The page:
Conservation, Rhinos, Wildlife

Rhino orphans go wild

Ithuba and Thando, our rhino orphans, who returned home last year are now in their second phase of rehabilitation – welcoming them back to the wild side! Both Rhino were released into the reserve on the 15th February – watch their release here.

Ithuba and Thando investigate a ranger in their boma while he fixes a blocked pipe

They had both been living in a boma, where Qwenza, their rhino monitor, had been feeding them grass, lucern and pellets on a daily basis. On the 11th February we darted both of the orphans and fitted them with foot collars. These collars will allow us to track the progress of the rhinos as they venture out of their boma and into the reserve. Having never interacted with any bush creatures – we are interested to see how they interact with the wild Rhino and animals! Thank-you to Anthony and Vision Africa Wildlife for the donation of the 2 foot collars.

Karen secures a foot collar on Ithuba’s back left leg

Joy Meglasson from Freeland Foundation, organised a diverse group of people to visit the reserve and sponsor the darting and collaring of our orphaned rhinos. This was a great opportunity to teach an audience of old and young about the importance of the rhino conservation work we do at Manyoni. Guests enjoyed an educational discussion with veterinarian Mike Toft while they were able to touch the Rhinos and take photographs to savor the unique experience for years to come.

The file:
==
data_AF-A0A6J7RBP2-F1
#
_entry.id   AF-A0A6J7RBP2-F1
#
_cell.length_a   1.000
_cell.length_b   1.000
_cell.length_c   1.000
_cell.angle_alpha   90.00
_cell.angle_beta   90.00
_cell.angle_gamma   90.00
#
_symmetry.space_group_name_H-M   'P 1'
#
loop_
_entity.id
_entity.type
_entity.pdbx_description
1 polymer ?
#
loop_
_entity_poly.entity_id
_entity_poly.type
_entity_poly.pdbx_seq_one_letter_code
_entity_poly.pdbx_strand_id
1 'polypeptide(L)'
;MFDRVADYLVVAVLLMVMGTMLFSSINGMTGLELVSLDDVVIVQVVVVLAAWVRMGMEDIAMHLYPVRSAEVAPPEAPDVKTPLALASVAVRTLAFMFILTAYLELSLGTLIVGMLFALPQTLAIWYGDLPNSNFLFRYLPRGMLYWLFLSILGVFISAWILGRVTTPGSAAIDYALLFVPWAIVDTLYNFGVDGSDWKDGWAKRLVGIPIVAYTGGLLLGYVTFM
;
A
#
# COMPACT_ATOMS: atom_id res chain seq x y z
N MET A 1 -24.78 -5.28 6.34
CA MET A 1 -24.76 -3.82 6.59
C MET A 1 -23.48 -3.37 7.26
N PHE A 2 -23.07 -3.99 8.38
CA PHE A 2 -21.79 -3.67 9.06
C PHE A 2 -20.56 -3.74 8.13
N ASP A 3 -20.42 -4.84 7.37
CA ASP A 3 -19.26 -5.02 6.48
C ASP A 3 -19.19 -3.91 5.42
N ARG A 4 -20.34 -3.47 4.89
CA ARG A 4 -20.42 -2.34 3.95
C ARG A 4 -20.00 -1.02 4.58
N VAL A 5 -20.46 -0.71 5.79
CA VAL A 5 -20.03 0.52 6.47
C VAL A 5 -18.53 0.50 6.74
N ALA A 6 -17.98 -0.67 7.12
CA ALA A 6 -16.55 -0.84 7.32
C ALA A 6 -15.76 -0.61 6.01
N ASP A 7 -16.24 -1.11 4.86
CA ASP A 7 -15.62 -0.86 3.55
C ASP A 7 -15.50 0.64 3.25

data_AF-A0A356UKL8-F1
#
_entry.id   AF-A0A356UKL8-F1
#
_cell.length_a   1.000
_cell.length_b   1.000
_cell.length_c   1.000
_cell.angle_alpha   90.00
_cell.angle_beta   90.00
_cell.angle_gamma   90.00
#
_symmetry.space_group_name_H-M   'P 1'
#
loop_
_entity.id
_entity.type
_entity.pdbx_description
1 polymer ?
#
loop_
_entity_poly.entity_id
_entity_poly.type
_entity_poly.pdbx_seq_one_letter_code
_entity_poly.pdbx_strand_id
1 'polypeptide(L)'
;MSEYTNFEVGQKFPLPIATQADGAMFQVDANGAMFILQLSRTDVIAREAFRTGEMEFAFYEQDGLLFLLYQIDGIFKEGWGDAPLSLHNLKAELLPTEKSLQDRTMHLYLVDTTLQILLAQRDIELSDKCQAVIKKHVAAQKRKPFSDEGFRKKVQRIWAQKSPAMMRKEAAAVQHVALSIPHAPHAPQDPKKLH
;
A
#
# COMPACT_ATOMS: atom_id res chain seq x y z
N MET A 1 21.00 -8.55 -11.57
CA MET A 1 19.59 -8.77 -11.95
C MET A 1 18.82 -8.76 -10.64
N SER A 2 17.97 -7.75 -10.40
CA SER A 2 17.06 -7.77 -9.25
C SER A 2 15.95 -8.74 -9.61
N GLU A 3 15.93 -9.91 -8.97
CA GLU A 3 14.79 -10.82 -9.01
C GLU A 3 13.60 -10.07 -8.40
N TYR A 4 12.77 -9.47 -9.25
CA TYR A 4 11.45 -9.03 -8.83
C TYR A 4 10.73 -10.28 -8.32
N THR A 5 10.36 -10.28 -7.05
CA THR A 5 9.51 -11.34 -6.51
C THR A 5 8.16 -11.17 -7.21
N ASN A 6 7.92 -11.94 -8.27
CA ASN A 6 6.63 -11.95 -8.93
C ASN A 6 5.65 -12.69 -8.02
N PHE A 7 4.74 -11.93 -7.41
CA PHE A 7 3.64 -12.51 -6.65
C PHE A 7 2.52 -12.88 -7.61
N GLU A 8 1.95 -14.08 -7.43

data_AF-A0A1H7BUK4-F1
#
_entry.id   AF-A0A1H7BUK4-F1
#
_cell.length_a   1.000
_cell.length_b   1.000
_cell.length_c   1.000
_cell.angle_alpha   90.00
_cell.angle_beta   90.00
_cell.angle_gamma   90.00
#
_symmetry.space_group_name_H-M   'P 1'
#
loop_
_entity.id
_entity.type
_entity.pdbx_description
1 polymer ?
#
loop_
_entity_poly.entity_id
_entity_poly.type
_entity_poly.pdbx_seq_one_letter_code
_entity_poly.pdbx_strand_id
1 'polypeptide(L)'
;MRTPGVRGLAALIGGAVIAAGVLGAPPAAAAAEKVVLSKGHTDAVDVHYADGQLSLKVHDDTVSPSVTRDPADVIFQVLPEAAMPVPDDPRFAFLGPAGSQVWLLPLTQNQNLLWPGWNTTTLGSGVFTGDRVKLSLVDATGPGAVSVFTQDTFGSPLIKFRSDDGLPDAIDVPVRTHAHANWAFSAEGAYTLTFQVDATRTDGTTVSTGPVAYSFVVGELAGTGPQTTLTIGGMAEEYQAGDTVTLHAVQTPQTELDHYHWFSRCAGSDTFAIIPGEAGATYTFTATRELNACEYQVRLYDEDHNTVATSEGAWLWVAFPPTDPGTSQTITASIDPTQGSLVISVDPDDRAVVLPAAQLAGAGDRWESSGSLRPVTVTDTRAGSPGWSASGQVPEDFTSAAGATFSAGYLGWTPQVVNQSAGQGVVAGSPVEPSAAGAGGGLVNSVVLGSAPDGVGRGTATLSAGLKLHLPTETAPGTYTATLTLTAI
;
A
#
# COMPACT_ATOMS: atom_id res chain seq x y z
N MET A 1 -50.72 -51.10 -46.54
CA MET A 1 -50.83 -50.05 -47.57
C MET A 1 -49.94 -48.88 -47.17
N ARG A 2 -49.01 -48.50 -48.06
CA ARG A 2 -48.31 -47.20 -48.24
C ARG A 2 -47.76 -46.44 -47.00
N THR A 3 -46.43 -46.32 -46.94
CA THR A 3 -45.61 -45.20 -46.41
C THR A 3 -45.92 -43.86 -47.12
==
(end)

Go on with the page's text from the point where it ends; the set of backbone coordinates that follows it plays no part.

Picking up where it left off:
Vet, Mike Toft, grinds down the orphans horns while the group looks on in preparation for their release.

Ithuba and Thando’s story

Ithuba’s mom was poached for her horns in April 2015, leaving behind Ithuba, a 6 month old rhino, too young to fend for himself. Later that year in September, in the midst of the drought, we found 5 month old Thando struggling in a dried up dam, once free the little rhino could not find his mom, even after us using all our resources to search the reserve. Both rhino orphans were sent to care facility until they were strong enough to return home.

thuba settling into his new home at the Orphanage

Our most recent rhino orphan, Isomiso, was admitted to a care facility in the peak of the drought last year. Due to his chronic dehydration he did not have vision in the first few weeks, however he has since regained his vision and has been introduced to Makhosi, a white rhino and Charlie a little hippo – the three of them have become inseparable, sharing a mattress every evening, they provide comfort and companionship to one another which is vital for their successful rehabilitation.

White rhinos Isomiso and Makhosi have found a friend in Charlie the hippo

Our orphaned black rhino Nandi is still at the rhino orphanage, and has bonded with another black rhino by the name of Storm. Storm does not belong to us, however we are working with his reserve to rehabilitate both rhino together to ensue their successful re-introduction into the wild.

Nandi the black rhino growing fast and almost ready to return home

The Zululand Conservation Trust fund the rehabilitation process of all the orphaned rhinos from the Manyoni Private Game Reserve, if you wish to make a donation towards these babies future, please follow this link. 

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